Objectives: To seek regional differences within the USA in the 'all-cause mortality' of hypertensive men during the 14 years following institution of antihypertensive treatment, and to determine how other pretreatment data can be related to that all-cause mortality.
Design: In the mid-1970s pretreatment clinical data were collected and computerized for 5698 hypertensive veterans. Deaths during the subsequent 14 years were obtained from the Veterans Administration Beneficiary Identification and Record Location System and the National Death Index. Relationships between pretreatment data and death were sought using chi 2- and z-tests for bivariate comparisons and logistic regression for multivariate analyses.
Patients: Half of the 5698 previously untreated male hypertensive military veterans were Black. Their mean age was 52.3 years and mean pretreatment blood pressure was 160/104 mmHg. Additional pretreatment data included body mass index, cigarette and alcohol usage, age and self-reported comorbidities. These patients began antihypertensive treatment during 1974-1975 in 28 special Veterans Administration outpatient clinics throughout the USA.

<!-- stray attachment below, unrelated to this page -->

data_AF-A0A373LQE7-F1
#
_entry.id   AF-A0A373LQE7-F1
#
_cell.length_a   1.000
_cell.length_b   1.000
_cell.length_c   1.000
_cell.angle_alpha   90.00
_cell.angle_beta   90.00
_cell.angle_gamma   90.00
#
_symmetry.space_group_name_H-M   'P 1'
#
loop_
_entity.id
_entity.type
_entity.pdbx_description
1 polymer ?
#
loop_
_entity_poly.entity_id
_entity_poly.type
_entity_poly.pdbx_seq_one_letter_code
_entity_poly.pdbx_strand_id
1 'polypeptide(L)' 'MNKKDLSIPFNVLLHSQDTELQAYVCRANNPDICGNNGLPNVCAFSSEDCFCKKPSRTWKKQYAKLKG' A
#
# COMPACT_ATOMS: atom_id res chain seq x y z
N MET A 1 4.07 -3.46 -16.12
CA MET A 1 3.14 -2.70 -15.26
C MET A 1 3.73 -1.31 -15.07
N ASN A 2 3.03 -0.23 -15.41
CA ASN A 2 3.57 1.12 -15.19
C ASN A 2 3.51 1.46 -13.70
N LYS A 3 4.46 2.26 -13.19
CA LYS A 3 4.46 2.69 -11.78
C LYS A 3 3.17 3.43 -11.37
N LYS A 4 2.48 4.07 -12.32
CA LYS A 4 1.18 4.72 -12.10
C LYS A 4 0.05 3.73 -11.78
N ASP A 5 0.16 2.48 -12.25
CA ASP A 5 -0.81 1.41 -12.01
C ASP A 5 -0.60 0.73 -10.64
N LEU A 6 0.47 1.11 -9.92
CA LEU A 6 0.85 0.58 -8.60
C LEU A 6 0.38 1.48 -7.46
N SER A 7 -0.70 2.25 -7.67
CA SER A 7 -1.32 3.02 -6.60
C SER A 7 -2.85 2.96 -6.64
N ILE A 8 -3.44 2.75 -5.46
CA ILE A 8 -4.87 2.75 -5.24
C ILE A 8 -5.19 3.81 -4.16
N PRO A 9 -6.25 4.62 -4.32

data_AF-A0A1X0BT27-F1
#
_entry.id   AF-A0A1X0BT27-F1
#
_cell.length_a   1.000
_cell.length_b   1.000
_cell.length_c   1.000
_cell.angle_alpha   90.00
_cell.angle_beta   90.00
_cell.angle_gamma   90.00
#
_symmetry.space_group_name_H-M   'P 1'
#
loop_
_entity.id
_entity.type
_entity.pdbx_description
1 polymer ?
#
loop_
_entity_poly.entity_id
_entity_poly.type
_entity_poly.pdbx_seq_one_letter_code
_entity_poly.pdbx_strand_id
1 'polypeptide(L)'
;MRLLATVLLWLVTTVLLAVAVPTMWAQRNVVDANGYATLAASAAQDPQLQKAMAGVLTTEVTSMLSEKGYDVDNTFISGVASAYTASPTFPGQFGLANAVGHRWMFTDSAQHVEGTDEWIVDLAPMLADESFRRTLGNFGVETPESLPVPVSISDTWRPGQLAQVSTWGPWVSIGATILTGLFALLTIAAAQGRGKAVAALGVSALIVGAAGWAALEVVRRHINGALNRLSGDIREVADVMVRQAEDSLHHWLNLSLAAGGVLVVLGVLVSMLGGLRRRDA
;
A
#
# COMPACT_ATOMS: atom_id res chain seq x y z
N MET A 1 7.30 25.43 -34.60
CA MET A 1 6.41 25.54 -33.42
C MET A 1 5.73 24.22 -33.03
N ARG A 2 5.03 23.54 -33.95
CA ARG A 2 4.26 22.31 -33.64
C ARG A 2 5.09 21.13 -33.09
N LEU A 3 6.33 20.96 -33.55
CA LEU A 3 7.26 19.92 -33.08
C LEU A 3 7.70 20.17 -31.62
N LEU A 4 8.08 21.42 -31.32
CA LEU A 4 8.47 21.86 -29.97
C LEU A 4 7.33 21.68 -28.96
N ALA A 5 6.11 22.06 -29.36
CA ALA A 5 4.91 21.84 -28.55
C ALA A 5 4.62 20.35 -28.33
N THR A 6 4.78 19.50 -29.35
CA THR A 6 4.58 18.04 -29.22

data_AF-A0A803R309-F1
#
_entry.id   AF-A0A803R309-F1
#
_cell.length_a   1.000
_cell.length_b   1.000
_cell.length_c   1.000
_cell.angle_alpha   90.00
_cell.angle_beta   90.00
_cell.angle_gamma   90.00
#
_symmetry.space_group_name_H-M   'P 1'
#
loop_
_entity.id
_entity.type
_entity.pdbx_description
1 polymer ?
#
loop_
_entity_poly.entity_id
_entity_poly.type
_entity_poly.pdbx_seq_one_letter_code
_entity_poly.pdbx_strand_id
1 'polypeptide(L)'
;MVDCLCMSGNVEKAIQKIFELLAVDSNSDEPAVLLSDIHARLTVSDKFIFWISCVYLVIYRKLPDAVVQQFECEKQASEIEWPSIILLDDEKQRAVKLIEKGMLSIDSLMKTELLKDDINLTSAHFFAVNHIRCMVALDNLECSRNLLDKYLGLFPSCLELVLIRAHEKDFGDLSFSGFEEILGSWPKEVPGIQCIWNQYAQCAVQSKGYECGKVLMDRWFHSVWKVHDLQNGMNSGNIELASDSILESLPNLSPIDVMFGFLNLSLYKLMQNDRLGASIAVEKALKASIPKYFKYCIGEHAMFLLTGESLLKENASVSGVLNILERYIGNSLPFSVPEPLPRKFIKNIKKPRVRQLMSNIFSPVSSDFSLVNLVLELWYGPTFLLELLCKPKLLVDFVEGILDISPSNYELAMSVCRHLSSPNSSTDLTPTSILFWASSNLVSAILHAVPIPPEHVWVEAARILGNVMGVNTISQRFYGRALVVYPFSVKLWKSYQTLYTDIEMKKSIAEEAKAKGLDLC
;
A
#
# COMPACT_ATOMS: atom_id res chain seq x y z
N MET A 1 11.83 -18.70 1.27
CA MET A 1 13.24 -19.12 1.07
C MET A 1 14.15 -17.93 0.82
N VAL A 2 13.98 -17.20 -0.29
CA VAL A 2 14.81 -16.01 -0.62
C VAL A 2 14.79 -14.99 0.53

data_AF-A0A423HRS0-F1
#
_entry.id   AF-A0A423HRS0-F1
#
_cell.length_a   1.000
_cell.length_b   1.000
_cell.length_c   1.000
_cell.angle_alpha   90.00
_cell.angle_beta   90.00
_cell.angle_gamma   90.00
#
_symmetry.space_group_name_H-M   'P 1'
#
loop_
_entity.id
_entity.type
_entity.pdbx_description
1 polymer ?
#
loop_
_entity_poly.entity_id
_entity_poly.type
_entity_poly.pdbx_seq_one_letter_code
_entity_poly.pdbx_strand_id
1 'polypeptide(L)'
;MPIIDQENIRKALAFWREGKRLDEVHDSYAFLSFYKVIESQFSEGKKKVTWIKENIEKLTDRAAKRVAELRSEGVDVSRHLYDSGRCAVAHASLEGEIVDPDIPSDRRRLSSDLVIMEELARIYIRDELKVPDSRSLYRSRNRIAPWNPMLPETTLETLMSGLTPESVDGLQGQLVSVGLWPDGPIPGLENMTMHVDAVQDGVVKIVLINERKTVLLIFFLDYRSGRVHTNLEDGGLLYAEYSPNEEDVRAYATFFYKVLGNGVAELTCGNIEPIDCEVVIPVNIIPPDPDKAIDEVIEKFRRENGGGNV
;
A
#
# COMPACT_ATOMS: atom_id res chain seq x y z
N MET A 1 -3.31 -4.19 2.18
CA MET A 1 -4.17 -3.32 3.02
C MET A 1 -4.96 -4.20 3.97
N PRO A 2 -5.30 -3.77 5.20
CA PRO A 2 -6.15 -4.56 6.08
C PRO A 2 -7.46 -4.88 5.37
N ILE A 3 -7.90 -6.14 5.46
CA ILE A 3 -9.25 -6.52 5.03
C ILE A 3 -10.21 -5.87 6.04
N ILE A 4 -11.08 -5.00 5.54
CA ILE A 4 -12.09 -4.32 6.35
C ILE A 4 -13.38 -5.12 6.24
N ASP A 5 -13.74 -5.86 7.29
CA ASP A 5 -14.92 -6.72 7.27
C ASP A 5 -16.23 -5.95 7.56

Results: During the 14 years after treatment began, 2283 of these patients (40%) died. Those from the southeastern USA, i.e. in the 'Stroke Belt', were 1.32-fold more likely to die than patients living elsewhere. Other pretreatment characteristics positively related to all-cause mortality included age, systolic blood pressure, cigarette and alcohol usage, and self-reported comorbidities. Race was unrelated to mortality.
Conclusion: All-cause mortality was increased among hypertensive subjects from the southeastern USA. The reasons for this excess mortality remain unclear. Other pretreatment characteristics were also related to mortality, but race was not.